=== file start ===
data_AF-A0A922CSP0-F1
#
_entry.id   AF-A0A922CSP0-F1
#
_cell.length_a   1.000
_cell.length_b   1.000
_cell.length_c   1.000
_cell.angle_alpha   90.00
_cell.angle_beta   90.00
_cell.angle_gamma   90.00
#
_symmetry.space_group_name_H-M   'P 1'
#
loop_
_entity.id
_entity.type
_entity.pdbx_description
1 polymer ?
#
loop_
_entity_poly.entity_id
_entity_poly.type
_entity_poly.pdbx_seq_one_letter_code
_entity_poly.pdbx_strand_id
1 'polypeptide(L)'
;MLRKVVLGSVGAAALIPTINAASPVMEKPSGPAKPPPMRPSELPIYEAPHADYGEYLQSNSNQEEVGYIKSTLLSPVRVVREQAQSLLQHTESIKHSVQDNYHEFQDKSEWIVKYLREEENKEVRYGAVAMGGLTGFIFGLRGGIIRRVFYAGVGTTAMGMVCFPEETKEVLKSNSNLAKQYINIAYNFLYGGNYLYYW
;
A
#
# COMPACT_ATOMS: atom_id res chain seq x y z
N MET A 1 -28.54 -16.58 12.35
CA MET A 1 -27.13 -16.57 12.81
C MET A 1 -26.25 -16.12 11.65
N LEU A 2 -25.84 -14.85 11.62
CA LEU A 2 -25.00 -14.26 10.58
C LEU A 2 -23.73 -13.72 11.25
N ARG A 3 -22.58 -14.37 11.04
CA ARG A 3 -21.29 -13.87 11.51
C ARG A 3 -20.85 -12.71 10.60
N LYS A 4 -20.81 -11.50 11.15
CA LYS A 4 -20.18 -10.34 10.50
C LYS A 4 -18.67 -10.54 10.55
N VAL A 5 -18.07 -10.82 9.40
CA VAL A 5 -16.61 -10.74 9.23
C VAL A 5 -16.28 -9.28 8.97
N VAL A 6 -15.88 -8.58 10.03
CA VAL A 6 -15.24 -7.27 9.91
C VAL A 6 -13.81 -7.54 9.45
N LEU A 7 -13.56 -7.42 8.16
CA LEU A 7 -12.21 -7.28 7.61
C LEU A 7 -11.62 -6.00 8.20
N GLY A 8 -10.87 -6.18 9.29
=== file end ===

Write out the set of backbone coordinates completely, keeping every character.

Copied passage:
data_AF-A0A922CSP0-F1
#
_entry.id   AF-A0A922CSP0-F1
#
_cell.length_a   1.000
_cell.length_b   1.000
_cell.length_c   1.000
_cell.angle_alpha   90.00
_cell.angle_beta   90.00
_cell.angle_gamma   90.00
#
_symmetry.space_group_name_H-M   'P 1'
#
loop_
_entity.id
_entity.type
_entity.pdbx_description
1 polymer ?
#
loop_
_entity_poly.entity_id
_entity_poly.type
_entity_poly.pdbx_seq_one_letter_code
_entity_poly.pdbx_strand_id
1 'polypeptide(L)'
;MLRKVVLGSVGAAALIPTINAASPVMEKPSGPAKPPPMRPSELPIYEAPHADYGEYLQSNSNQEEVGYIKSTLLSPVRVVREQAQSLLQHTESIKHSVQDNYHEFQDKSEWIVKYLREEENKEVRYGAVAMGGLTGFIFGLRGGIIRRVFYAGVGTTAMGMVCFPEETKEVLKSNSNLAKQYINIAYNFLYGGNYLYYW
;
A
#
# COMPACT_ATOMS: atom_id res chain seq x y z
N MET A 1 -28.54 -16.58 12.35
CA MET A 1 -27.13 -16.57 12.81
C MET A 1 -26.25 -16.12 11.65
N LEU A 2 -25.84 -14.85 11.62
CA LEU A 2 -25.00 -14.26 10.58
C LEU A 2 -23.73 -13.72 11.25
N ARG A 3 -22.58 -14.37 11.04
CA ARG A 3 -21.29 -13.87 11.51
C ARG A 3 -20.85 -12.71 10.60
N LYS A 4 -20.81 -11.50 11.15
CA LYS A 4 -20.18 -10.34 10.50
C LYS A 4 -18.67 -10.54 10.55
N VAL A 5 -18.07 -10.82 9.40
CA VAL A 5 -16.61 -10.74 9.23
C VAL A 5 -16.28 -9.28 8.97
N VAL A 6 -15.88 -8.58 10.03
CA VAL A 6 -15.24 -7.27 9.91
C VAL A 6 -13.81 -7.54 9.45
N LEU A 7 -13.56 -7.42 8.16
CA LEU A 7 -12.21 -7.28 7.61
C LEU A 7 -11.62 -6.00 8.20
N GLY A 8 -10.87 -6.18 9.29